We recently had a client visit the hospital with their senior pet. Their dog was having a lot of accidents in the house and they weren’t sure why or what to do about it. The doctor did a thorough physical examination, and took urine and fecal samples to rule out any sort of bladder or intestinal infection. Finding nothing medically wrong with the dog, the doctor and family discussed what else might be going on. There was nothing new in the dog’s life that would cause him to want to mark his territory, so being as he is an older dog, the most likely answer was age. Just like humans, as our pets age it can become harder to control their bladder and bowl movements. One of the easiest ways to help keep your senior pet from having accidents in the house is to use a diaper.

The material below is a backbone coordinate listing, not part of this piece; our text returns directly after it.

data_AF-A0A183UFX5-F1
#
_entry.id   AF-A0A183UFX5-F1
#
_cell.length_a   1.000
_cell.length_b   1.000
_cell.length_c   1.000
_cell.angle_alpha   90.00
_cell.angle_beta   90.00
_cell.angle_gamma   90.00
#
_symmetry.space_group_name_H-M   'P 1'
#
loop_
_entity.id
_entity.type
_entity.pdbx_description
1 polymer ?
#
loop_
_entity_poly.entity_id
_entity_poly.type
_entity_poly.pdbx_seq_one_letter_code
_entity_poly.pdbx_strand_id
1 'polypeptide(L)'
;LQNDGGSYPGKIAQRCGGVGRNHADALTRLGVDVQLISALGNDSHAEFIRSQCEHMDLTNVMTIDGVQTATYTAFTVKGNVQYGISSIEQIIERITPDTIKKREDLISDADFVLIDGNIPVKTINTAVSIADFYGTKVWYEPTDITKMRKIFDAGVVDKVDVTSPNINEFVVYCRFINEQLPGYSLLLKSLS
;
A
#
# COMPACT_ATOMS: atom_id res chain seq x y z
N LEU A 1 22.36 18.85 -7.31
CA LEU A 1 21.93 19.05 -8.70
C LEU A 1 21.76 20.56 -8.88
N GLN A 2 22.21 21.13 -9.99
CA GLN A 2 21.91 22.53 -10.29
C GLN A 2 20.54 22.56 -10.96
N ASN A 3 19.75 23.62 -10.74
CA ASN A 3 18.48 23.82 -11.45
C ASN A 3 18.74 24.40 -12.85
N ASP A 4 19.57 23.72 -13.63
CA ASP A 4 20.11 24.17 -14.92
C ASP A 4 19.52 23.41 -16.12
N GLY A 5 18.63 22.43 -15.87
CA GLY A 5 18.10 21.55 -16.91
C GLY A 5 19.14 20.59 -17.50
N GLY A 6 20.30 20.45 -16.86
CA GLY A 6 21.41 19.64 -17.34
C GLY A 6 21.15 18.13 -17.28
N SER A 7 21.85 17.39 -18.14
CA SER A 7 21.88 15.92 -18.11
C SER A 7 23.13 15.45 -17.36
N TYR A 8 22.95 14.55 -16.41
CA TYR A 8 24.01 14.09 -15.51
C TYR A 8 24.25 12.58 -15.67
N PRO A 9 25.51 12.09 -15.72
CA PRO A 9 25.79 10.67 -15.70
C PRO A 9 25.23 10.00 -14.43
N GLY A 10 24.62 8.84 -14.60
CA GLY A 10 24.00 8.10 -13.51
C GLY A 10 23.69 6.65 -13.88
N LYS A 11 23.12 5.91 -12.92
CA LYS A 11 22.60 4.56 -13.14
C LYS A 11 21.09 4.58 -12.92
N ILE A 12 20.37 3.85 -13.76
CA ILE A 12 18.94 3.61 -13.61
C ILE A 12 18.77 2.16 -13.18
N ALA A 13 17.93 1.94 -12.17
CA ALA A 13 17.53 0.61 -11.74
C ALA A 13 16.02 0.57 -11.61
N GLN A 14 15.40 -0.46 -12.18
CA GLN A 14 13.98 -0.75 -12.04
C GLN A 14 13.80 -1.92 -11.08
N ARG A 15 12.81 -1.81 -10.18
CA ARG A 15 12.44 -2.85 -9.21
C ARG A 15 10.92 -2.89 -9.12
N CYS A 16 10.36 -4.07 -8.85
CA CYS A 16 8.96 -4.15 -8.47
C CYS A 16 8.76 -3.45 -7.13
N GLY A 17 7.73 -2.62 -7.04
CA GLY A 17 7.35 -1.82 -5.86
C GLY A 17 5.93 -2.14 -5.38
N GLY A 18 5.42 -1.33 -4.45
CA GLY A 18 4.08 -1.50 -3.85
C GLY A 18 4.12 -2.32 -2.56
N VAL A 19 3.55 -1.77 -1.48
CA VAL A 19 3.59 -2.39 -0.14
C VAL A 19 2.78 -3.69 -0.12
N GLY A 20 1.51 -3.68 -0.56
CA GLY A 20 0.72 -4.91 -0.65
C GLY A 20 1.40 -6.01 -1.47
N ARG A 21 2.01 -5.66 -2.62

It may sound a bit silly, and you might be visualizing tiny, over dressed Chihuahuas, but it’s true. A diaper is a great alternative to finding accidents around the house.
Benefits to using a diaper with your senior pet:
- Ease of use. There are diapers made especially for pets. They are built to properly fit pets, taking into account their tails and the positioning of their legs.
- Disposable or non-disposable. Similar to human diapers, you have the option to go with disposable or non-disposable, and both kinds are easily found at pet supply stores.
- Reduce or eliminate the number of accidents your pet has in your house or while out in public.